Washington (CNN) -- A chunk of a Pentagon wall smashed by a plane hijacked by 9/11 terrorists was presented to the FBI's Washington field office Wednesday in recognition of its assistance.
During a military ceremony, the FBI received an 800-pound limestone block that was recovered from the west facade of the Pentagon and has been kept in storage for almost 10 years.
The head of the FBI's Washington office, assistant director James McJunkin, said the stone will be permanently displayed in the building's lobby "so that every visitor who enters this building, every employee who walks through these doors, and every agent assigned to this post will remember what happened on that horrific day, what the bureau did in response to that attack and the unending commitment we have to never letting it happen again."
McJunkin said FBI agents arrived at the Pentagon six minutes after the plane hit the building. "We found the scene reflected what America saw on their televisions that day: confusion, destruction, dread," he said. By day's end, the bureau had 700 agents and support staff on site who set up a security perimeter to guard against possible follow-up attacks. Agents then began to collect evidence while simultaneously respecting the remains of those who died. The evidence-gathering continued for three weeks.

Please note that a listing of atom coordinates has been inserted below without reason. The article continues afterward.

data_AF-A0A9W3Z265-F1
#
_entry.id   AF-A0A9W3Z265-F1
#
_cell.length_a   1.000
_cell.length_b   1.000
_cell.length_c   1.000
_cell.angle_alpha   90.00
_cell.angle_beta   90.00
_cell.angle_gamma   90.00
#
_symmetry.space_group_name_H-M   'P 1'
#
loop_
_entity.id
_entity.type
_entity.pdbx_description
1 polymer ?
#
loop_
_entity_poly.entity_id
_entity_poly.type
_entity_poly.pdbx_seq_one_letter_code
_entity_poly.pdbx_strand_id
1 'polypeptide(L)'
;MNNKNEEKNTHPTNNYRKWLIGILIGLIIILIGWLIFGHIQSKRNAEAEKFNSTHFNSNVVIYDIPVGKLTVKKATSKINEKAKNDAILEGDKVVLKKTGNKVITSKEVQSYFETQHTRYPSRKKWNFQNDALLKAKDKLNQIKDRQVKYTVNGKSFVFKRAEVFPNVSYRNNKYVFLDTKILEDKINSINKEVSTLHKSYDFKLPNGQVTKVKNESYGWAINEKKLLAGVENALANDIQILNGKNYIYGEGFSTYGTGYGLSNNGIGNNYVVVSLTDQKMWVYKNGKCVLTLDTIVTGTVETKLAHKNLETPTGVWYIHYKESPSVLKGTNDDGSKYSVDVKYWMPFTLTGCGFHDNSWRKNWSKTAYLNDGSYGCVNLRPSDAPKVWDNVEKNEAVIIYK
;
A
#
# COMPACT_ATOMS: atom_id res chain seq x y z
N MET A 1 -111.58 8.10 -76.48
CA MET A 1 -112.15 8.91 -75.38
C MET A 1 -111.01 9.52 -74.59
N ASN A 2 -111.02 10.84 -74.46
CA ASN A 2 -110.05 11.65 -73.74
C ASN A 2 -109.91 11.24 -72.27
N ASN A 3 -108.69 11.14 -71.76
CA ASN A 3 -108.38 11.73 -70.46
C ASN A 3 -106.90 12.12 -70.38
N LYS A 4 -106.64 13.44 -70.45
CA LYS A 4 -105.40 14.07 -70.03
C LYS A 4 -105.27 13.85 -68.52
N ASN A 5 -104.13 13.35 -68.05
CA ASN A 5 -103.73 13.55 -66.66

Maj. Gen. Karl Horst, of the U.S. Army Military District of Washington, said FBI agents responded "with extraordinary heroism when -- without warning -- they were called upon to perform their duty in the midst of an unimaginable act of terrorism."
Horst and FBI officials said September 11 required law enforcement, the military, fire departments and medical teams to work closely together without regard for jurisdictional issues.
John Perren, one of the FBI officials who rushed to the scene, warned, "Al Qaeda will not go quietly, it is resilient, it adjusts its tactics." Perren led the local Joint Terrorism Task Force on September 11.
The military reserved two other 800-pound chunks of Pentagon wall, one for the Arlington County (Virginia) Fire Department, which responded to the Pentagon attack, and one for the New York City Fire Department.